Travel industry alert to flight shaming trend

Flight shaming will be one of the consumer trends most likely to impact the travel industry over the next two years, according to the latest research from audit, tax and consulting firm RSM.

Travel industry insiders have warned that ‘flygskam’ (flight shaming) – an expression which has entered into common usage in Scandinavia and contributed to a significant decline in passenger numbers locally – may become a more common phenomenon in the UK. 

The travel and tourism business leaders surveyed by RSM said that carbon footprint shaming and sustainability (both mentioned by 37 per cent of respondents) were the consumer trends that will impact their business the most in the next two years, followed by other environmental concerns and digital lifestyles (mentioned by 30 per cent).

The survey, which included tour operators, booking platforms and travel agents, found that many in the industry are responding positively to the challenge by focusing on new product development which seeks to address the sustainability and environmental concerns of their customers. 

A growing number of tour operators are now offering to offset carbon emissions on behalf of their holidaymakers, while others are more actively promoting ecotourism holidays and city breaks by rail. 

But despite the challenges, the travel industry remains upbeat, with 86 per cent of survey respondents reporting optimism about their prospects in the year ahead.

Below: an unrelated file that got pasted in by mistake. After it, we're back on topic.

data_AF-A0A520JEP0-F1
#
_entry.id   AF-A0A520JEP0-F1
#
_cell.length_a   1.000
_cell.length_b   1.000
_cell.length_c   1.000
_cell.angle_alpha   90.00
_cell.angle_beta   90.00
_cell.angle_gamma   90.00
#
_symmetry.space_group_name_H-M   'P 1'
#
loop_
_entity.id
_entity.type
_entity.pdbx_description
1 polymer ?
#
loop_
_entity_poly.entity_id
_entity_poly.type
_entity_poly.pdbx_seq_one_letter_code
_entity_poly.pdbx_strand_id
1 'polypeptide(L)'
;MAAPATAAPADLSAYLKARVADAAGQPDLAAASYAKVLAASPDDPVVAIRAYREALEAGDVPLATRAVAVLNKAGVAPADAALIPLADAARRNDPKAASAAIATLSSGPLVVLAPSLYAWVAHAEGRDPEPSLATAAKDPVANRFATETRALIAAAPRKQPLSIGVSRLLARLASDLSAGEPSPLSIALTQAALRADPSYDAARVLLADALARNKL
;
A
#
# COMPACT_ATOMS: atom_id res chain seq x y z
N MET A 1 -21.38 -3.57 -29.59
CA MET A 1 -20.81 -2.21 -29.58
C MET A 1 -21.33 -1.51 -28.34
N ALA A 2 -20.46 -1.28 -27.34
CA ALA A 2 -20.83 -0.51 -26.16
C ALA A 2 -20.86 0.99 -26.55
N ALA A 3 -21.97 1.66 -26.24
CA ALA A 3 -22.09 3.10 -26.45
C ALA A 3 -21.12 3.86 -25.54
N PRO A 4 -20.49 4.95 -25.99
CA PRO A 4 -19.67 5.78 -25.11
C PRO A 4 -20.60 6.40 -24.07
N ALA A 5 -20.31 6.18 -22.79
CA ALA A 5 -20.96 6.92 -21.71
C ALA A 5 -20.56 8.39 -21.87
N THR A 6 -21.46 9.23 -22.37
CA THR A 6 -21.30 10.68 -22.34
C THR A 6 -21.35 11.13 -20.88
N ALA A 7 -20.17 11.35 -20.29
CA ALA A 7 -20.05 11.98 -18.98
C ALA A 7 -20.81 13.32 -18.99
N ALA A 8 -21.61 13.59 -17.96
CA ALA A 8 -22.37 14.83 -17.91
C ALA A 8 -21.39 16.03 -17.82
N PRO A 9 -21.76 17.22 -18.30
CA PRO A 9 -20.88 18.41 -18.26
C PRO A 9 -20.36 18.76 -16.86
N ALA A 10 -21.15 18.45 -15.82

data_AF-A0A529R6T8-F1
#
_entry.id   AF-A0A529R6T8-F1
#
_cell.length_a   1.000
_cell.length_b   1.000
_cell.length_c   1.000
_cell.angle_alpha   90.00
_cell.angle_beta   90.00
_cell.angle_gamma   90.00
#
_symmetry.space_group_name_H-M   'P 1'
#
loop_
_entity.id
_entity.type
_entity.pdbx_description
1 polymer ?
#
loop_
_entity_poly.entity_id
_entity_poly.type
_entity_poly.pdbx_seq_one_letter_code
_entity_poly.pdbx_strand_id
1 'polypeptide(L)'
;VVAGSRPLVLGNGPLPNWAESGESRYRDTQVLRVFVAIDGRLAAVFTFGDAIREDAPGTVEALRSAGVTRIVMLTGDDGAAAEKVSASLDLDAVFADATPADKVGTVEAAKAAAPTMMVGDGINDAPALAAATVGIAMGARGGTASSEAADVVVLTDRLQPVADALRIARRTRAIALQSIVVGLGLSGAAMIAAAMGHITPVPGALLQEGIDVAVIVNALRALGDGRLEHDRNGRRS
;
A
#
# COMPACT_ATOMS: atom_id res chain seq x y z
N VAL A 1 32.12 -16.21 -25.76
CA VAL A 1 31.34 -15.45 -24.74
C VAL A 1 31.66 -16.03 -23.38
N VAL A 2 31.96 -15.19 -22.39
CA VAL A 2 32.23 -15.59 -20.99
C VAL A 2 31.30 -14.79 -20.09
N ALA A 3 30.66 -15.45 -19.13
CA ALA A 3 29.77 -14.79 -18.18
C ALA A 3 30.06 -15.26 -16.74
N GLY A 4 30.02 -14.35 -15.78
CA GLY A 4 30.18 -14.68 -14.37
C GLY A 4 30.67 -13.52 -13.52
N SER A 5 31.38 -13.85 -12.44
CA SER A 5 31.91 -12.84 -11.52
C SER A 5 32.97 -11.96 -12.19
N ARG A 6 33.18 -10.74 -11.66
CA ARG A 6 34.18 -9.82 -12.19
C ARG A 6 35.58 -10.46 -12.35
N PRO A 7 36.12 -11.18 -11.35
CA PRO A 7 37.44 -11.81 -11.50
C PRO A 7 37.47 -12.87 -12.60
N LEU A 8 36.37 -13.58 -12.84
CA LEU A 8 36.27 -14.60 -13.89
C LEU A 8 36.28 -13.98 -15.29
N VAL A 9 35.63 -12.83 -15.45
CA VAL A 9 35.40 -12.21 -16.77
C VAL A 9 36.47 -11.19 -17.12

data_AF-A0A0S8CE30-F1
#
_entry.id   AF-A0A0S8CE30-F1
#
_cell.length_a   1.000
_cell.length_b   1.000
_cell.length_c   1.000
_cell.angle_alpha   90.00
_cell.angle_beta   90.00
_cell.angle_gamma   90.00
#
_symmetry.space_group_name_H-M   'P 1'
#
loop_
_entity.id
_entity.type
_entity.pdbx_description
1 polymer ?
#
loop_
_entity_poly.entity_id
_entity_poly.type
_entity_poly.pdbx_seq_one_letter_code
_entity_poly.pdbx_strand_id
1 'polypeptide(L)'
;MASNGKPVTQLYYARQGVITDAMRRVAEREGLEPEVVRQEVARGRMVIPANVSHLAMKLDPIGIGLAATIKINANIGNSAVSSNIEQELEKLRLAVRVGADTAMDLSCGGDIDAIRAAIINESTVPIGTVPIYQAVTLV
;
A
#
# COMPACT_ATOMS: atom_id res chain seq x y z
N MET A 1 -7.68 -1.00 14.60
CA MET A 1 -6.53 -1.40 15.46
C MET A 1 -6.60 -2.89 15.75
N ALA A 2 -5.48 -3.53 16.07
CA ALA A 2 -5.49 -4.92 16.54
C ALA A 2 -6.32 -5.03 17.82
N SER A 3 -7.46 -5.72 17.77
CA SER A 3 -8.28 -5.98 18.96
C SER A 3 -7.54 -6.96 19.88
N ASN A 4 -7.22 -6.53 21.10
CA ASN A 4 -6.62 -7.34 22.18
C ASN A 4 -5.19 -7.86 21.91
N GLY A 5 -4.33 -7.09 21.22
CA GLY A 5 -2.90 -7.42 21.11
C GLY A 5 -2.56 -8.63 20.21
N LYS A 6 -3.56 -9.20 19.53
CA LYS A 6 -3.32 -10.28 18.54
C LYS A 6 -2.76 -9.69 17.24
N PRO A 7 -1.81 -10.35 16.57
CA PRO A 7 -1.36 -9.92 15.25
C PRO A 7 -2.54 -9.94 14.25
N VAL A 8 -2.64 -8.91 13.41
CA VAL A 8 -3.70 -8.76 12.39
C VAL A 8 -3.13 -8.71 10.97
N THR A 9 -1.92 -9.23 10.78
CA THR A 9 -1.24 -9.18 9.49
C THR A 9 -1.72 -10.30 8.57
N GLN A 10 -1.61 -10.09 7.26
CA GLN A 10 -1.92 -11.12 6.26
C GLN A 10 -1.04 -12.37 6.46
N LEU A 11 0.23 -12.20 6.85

Respondents from the travel sector were also optimistic about the UK’s upcoming trade negotiations, with 77 per cent saying they were confident that the Government would broker a deal that would protect their industry in the future.

One area in which respondents did express concern was around the operation of the ATOL protection scheme. Less than half thought ATOL in its current form was fit for purpose with criticisms including inconsistencies in the application of repatriation and the lack of freedom it provided travel agencies.

Ian Bell, RSM’s head of travel and tourism said: 

‘The travel sector is becoming increasingly aware of changing consumer attitudes and its own environmental and sustainability obligations and our survey shows that the industry is starting to respond positively. 

‘While many in the industry were remarkably optimistic at the start of the year, the mood may have darkened slightly as operators become increasingly concerned about the impact of the coronavirus outbreak. 

‘Historically the travel industry has proved to be hugely resilient despite their exposure to global events. Given the current headwinds, many operators may need to stay nimble to respond quickly to changing consumer demand.’

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